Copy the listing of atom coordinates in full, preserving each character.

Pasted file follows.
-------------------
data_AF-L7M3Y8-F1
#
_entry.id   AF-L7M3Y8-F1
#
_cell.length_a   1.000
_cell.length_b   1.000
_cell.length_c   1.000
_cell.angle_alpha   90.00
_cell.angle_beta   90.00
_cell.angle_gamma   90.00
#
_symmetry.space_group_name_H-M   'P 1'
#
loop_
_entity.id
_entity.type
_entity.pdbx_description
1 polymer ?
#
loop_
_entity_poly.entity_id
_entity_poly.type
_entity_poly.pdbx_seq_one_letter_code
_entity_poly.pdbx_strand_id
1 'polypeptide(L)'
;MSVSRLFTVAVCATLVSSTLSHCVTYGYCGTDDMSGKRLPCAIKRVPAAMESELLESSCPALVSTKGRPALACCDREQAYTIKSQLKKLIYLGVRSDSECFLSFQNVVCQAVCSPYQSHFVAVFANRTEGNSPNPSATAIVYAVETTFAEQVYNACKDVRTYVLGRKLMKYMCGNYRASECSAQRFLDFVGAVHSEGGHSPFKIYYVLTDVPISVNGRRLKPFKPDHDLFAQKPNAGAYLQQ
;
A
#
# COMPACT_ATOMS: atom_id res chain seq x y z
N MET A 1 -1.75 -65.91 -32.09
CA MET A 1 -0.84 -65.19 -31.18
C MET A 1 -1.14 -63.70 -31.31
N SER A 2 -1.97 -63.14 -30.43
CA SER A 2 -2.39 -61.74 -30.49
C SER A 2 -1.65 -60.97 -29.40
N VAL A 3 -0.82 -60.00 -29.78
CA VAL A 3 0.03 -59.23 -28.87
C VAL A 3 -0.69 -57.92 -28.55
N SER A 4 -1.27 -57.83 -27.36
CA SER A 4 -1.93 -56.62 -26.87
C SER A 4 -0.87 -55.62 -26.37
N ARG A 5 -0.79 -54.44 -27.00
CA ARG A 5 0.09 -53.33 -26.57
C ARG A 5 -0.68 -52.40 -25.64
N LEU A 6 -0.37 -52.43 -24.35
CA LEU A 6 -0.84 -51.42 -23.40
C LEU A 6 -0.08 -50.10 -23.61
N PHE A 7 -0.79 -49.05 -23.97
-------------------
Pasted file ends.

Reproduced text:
data_AF-L7M3Y8-F1
#
_entry.id   AF-L7M3Y8-F1
#
_cell.length_a   1.000
_cell.length_b   1.000
_cell.length_c   1.000
_cell.angle_alpha   90.00
_cell.angle_beta   90.00
_cell.angle_gamma   90.00
#
_symmetry.space_group_name_H-M   'P 1'
#
loop_
_entity.id
_entity.type
_entity.pdbx_description
1 polymer ?
#
loop_
_entity_poly.entity_id
_entity_poly.type
_entity_poly.pdbx_seq_one_letter_code
_entity_poly.pdbx_strand_id
1 'polypeptide(L)'
;MSVSRLFTVAVCATLVSSTLSHCVTYGYCGTDDMSGKRLPCAIKRVPAAMESELLESSCPALVSTKGRPALACCDREQAYTIKSQLKKLIYLGVRSDSECFLSFQNVVCQAVCSPYQSHFVAVFANRTEGNSPNPSATAIVYAVETTFAEQVYNACKDVRTYVLGRKLMKYMCGNYRASECSAQRFLDFVGAVHSEGGHSPFKIYYVLTDVPISVNGRRLKPFKPDHDLFAQKPNAGAYLQQ
;
A
#
# COMPACT_ATOMS: atom_id res chain seq x y z
N MET A 1 -1.75 -65.91 -32.09
CA MET A 1 -0.84 -65.19 -31.18
C MET A 1 -1.14 -63.70 -31.31
N SER A 2 -1.97 -63.14 -30.43
CA SER A 2 -2.39 -61.74 -30.49
C SER A 2 -1.65 -60.97 -29.40
N VAL A 3 -0.82 -60.00 -29.78
CA VAL A 3 0.03 -59.23 -28.87
C VAL A 3 -0.69 -57.92 -28.55
N SER A 4 -1.27 -57.83 -27.36
CA SER A 4 -1.93 -56.62 -26.87
C SER A 4 -0.87 -55.62 -26.37
N ARG A 5 -0.79 -54.44 -27.00
CA ARG A 5 0.09 -53.33 -26.57
C ARG A 5 -0.68 -52.40 -25.64
N LEU A 6 -0.37 -52.43 -24.35
CA LEU A 6 -0.84 -51.42 -23.40
C LEU A 6 -0.08 -50.10 -23.61
N PHE A 7 -0.79 -49.05 -23.97